Pearce, J. E., and A. T. Jackson,
1933    A Prehistoric Rock Shelter In Val Verde County, Texas, Anthropological Papers of the University of Texas, Vol. 1, No. 3, Bureau of Research in the Social Sciences, Study No. 6, University of Texas, Austin.

Saturday, July 4, 2015


View of Special Collections department, Pueblo City-County
Regional Library, Pueblo, Colorado. Photograph: Tammi Moe,
Librarian-Archivist, June, 2015.

On Monday and Tuesday, June 1 and 2, 2015, the Colorado Rock Art Association (CRAA) archives were moved from the Anthropology Department of Colorado State University (CSU), in Fort Collins, Colorado, to the Special Collections Department of the Pueblo City-County Library District, in Pueblo, Colorado.

 The CRAA Archives were established at the Laboratory of Public Archaeology in the Anthropology Department at Colorado State University, in Fort Collins, Colorado, in May 2006. Dr. Jason LaBelle was the academic representative of the Anthropology Department involved in the agreement and he assisted with oversight and provided facilities until the materials were picked up on June 1, 2015. Jason, thank you for all your help and encouragement. It would not have been possible without you.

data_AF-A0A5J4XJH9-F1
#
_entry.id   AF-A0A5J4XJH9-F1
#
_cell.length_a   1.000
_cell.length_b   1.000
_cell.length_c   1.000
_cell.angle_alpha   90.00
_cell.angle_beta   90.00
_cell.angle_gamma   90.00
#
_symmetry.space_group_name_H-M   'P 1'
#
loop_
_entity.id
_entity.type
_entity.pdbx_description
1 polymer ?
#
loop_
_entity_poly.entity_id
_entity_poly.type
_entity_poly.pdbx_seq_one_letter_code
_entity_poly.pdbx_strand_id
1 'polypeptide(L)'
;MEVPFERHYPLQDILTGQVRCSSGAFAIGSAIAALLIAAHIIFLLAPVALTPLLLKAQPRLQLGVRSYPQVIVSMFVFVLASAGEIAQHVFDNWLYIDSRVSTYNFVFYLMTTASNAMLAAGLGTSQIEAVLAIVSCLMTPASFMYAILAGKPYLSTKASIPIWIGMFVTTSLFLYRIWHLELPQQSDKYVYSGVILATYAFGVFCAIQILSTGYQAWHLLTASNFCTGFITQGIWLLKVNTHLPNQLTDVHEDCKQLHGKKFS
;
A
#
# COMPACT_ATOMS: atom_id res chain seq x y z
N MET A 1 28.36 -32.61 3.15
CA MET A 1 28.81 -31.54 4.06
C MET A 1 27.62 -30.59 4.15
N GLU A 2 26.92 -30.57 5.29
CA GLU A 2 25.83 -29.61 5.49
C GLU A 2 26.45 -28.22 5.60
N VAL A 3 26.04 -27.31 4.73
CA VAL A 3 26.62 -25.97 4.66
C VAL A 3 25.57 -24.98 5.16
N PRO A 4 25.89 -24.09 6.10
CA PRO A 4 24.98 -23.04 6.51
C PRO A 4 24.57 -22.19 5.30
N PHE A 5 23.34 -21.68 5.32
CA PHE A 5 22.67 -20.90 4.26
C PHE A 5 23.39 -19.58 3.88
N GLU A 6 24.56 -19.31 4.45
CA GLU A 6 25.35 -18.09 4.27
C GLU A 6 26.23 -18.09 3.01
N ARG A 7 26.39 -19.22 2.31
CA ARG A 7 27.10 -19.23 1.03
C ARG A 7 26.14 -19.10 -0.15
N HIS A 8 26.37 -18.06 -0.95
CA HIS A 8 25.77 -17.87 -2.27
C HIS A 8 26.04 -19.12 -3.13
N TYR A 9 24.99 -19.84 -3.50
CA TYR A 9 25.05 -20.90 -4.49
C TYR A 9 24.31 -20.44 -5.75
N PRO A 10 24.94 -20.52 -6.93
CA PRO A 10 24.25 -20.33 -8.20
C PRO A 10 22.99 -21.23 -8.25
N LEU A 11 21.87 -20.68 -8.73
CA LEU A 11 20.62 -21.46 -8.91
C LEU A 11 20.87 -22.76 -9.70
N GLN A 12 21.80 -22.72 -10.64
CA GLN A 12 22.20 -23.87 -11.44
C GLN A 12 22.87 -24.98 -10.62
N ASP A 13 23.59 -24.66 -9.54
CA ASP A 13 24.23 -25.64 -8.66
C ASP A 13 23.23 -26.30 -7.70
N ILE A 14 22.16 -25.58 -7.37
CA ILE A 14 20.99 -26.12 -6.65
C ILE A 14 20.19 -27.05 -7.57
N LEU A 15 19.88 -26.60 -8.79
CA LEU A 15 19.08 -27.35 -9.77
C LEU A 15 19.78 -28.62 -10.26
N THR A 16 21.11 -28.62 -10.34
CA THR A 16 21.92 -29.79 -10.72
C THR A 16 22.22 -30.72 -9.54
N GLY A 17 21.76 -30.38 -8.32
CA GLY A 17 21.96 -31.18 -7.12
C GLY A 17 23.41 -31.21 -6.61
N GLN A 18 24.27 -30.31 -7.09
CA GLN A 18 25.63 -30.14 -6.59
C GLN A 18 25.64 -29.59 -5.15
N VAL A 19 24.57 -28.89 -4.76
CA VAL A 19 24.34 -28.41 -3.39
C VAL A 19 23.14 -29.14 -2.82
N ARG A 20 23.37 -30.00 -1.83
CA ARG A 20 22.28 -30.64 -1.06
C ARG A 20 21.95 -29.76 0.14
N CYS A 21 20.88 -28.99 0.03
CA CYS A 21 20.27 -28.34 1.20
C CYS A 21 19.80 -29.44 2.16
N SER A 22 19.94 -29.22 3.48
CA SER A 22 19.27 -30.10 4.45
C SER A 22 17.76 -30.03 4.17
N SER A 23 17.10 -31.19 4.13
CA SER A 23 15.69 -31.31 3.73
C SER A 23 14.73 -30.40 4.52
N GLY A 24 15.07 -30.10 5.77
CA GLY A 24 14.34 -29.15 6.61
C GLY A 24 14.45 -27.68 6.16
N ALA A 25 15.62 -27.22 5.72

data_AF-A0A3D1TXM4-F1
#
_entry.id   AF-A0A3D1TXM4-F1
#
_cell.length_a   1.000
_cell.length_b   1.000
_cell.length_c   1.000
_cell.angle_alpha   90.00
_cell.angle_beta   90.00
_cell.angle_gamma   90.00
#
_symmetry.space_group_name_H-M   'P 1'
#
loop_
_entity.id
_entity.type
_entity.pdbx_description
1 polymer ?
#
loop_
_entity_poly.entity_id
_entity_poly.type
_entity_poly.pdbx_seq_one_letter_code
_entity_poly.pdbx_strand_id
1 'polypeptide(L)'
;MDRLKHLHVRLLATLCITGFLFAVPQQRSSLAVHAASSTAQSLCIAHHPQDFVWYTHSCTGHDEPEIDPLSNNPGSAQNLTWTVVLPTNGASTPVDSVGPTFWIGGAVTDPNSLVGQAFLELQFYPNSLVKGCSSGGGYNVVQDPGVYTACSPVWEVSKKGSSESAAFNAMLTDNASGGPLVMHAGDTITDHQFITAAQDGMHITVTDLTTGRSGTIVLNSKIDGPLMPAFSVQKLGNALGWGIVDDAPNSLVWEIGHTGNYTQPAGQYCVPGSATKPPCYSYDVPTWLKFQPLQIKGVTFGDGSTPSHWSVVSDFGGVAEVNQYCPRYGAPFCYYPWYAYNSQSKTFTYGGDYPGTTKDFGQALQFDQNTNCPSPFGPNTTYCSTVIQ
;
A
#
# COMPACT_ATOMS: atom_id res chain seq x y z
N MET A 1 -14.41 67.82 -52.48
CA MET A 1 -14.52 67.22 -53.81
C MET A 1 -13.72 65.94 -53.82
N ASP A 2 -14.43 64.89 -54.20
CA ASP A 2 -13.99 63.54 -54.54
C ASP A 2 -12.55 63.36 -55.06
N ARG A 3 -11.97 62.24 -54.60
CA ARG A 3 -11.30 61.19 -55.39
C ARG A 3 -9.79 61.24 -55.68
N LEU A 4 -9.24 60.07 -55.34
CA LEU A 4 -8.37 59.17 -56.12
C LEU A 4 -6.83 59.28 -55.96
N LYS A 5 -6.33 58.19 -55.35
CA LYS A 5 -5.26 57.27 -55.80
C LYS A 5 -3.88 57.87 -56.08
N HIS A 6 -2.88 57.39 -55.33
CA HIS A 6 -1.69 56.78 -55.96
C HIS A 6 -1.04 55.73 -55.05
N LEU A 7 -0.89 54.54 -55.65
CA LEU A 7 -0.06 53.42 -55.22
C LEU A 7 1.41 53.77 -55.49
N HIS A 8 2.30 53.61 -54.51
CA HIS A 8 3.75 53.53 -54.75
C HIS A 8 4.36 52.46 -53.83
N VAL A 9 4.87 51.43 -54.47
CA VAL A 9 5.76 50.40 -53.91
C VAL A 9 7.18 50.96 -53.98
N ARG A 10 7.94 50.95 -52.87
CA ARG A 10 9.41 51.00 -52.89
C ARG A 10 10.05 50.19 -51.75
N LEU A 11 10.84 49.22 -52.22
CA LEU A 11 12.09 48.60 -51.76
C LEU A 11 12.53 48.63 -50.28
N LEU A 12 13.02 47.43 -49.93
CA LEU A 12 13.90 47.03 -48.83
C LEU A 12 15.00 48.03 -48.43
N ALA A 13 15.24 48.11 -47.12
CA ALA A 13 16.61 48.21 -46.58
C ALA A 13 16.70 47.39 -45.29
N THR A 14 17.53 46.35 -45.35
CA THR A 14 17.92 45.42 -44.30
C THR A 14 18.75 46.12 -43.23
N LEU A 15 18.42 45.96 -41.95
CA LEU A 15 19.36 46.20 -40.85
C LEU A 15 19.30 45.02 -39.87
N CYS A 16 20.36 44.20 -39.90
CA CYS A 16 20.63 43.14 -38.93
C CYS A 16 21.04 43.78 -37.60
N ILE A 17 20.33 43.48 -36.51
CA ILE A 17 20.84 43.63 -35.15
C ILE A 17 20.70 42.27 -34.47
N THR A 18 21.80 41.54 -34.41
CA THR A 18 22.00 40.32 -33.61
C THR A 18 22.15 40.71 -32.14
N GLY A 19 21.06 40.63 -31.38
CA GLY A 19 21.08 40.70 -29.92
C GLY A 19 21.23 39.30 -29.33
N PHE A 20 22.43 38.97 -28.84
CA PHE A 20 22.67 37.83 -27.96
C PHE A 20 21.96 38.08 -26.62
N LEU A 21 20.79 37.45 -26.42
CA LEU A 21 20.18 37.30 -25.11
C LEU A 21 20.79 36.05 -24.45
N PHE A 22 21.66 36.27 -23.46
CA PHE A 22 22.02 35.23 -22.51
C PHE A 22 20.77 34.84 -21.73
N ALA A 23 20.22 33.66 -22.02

The original donation to the CRAA Archives consisted of all of the rock art related material from the estate of Dr. William (Bill) Buckles, of Colorado State University, Pueblo. Changing conditions at CSU, including the need to reclaim space led CRAA and CSU to agree on relocating the archives and members of the CRAA Board of Directors began to search for an alternative location. 

View of Special Collections department, Pueblo City-County
Regional Library, Pueblo, Colorado. Photograph: Tammi Moe,
Librarian-Archivist, June, 2015.